I was born in Lynchburg, Virginia. Small town then. Smallish now. Besides being my birthplace and its atrocious name, it is probably best known for its intrepid cleric--one Jerry Falwell and his more reasonable extension, Liberty University.
The year was 1975. The month was December. The day was the fourteenth of thirty-one--not quite middling.
Within a couple of years, I left Lynchburg behind for the larger town of Richmond where I spent ten years bicycling, shoplifting, collecting baseball cards, playing a variety of tags, whining, and being average at sports, above average at school, and below average at having friends--which was fine because I had a big brother and, before long, three little ones. Life, on average, was good. And, as it turns out (having witnessed and heard-tell of other lives) far, far too good for complaints.
Today, I am leaving for Lynchburg. My birthplace. For a funeral. Too easily ironic to elaborate the irony. In fact, I am troubled to find that my feelings about the trip are ones of alternating hesitation and resignation.
But why? Well . . . I suppose there's my natural aversion to dolor and its wont of sucking one into its melancholic juices, there to marinate until dour, until sour with thoughts of one's own mortality. Thoughts I've overthought already. Already having brushes near enough to taste. (In my experience, that particular taste is sweet, the moment calm, the resignation so pure as to obviate all hesitation. But this irony too is almost too blah to mention.)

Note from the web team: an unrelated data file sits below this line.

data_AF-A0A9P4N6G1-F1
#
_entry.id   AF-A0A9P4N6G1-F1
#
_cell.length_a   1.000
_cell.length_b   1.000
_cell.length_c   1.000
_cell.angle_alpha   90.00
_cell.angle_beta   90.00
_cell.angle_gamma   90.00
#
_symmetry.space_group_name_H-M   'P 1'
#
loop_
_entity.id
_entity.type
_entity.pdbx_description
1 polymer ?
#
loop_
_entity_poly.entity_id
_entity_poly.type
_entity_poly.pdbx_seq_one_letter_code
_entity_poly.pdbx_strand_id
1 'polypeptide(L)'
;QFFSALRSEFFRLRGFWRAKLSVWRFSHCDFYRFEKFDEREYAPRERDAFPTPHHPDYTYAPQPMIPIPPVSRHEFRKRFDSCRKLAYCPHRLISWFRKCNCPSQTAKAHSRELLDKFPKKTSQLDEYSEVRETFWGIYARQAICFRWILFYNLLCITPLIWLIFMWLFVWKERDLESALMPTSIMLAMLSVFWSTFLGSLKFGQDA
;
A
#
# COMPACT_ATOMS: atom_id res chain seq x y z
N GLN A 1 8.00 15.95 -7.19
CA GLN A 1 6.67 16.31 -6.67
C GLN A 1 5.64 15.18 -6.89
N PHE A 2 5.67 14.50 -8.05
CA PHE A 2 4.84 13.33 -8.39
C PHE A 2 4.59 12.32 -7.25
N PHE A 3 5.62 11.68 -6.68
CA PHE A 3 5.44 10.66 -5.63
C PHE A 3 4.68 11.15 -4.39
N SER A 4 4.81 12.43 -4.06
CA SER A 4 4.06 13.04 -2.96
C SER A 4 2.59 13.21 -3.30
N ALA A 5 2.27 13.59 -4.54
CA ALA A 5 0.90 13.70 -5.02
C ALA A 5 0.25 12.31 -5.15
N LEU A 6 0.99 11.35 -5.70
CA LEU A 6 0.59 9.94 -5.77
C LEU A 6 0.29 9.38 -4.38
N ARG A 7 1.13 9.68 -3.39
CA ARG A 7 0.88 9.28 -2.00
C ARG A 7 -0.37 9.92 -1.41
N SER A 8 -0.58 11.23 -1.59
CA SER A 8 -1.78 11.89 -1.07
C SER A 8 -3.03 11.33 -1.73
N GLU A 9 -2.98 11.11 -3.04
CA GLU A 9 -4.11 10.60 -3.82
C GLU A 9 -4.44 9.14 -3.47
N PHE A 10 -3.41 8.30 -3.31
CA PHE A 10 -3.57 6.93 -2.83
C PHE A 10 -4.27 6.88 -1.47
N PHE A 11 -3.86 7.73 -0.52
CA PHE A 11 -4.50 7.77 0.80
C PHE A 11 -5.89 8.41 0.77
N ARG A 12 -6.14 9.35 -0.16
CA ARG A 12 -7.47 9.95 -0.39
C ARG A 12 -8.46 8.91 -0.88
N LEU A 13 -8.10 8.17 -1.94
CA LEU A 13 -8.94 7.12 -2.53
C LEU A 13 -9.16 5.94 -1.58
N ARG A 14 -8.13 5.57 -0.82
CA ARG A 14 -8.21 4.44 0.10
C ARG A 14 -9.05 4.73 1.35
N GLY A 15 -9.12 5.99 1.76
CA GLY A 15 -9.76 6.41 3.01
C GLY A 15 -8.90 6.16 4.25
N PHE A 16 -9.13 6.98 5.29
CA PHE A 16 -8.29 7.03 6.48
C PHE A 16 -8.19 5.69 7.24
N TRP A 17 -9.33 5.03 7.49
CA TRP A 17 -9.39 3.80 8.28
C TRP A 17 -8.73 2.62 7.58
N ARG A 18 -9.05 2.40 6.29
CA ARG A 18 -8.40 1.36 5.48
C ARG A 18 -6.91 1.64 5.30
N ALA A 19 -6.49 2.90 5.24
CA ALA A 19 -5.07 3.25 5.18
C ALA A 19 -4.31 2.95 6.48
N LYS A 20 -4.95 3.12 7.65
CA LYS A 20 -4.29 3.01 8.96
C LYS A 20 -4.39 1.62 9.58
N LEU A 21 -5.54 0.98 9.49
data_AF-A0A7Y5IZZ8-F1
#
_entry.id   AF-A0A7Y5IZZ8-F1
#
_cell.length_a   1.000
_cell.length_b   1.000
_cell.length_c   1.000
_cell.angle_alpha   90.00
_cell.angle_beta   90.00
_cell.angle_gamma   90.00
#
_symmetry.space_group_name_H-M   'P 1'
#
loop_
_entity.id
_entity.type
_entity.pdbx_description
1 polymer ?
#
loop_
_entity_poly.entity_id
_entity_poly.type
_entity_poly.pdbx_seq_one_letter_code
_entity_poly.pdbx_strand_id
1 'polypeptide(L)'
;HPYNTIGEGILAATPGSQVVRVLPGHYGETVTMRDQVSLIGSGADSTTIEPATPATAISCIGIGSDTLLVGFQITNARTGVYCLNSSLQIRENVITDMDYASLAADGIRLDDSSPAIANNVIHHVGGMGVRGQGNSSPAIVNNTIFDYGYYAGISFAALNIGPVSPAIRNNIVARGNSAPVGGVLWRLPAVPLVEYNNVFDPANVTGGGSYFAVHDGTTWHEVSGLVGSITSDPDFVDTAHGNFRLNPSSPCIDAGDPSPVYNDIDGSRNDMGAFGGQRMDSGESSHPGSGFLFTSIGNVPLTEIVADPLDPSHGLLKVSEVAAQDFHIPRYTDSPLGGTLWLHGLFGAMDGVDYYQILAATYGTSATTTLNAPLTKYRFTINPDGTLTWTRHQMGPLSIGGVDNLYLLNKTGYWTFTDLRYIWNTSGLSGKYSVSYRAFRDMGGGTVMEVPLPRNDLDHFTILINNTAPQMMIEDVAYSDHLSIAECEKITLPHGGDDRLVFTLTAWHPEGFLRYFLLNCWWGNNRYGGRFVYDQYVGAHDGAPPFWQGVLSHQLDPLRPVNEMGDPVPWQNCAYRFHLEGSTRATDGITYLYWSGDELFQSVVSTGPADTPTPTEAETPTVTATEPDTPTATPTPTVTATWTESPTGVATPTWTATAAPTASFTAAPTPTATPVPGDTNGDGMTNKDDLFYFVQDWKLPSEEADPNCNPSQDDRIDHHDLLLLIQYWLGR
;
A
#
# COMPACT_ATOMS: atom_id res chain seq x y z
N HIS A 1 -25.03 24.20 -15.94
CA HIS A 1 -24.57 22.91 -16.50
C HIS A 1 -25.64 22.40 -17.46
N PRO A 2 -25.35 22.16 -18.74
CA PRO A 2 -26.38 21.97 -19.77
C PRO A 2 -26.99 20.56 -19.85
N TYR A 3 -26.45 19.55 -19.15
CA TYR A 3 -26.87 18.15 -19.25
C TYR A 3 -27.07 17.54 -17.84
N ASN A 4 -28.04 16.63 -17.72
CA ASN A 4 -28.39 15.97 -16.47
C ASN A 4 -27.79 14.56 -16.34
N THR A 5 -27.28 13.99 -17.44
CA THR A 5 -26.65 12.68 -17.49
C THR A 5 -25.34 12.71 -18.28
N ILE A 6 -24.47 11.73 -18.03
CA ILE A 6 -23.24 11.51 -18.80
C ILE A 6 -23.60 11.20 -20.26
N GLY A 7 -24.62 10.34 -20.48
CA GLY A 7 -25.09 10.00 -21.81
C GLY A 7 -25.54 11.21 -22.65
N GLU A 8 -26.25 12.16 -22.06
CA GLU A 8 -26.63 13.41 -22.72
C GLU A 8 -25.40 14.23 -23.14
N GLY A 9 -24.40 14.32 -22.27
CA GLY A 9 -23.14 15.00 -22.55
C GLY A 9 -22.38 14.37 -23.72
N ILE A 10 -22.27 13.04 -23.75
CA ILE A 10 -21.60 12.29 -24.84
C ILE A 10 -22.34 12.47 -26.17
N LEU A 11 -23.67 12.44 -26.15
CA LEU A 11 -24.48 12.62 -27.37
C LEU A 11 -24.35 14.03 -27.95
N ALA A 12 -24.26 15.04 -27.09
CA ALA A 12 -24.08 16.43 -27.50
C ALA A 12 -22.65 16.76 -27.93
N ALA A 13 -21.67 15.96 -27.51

What else? Well . . . there's the fact that the uncle for whom the bell tolled is the one I've interacted with the least over the years. (35 since 1975 [he calculated unnecessarily]). So there's a sense that among the nearer family members I will feel somehow unworthy of bereavement. That somehow, when I go to hug a cousin or an aunt, there will be a coolness in my touch that bespeaks my absence from their lives. On one hand, this is a bogus thought. An imaginary exclusion. But on the other hand, I believe there is something to it. Not a bad thing and certainly not a good thing but just a thing. A thing that makes you feel that way without offering excuse or implicating its agency. Just an icky, unavoidable thing.
Anything more? Not much. I'm not a fan of the shrinkray of adulthood. The redoubtable influence of time over matter. The squish of youth beneath the heels of experience. The verdant football yard now barely a swatch of brown grass.
Oh, and I hate, with a capital HATE, car trips. Anything over thirty minutes really sticks in my craw--which is saying a lot because otherwise I have no craw to speak of for all that I know. Craws are like the appendices that way. Unnoticeable until molested. In that case, craws are also like one's feeling upon going home. Not just for a funeral but for an encounter with the living. The rest of us. The flesh-wrapped skeletons, still warm from birth.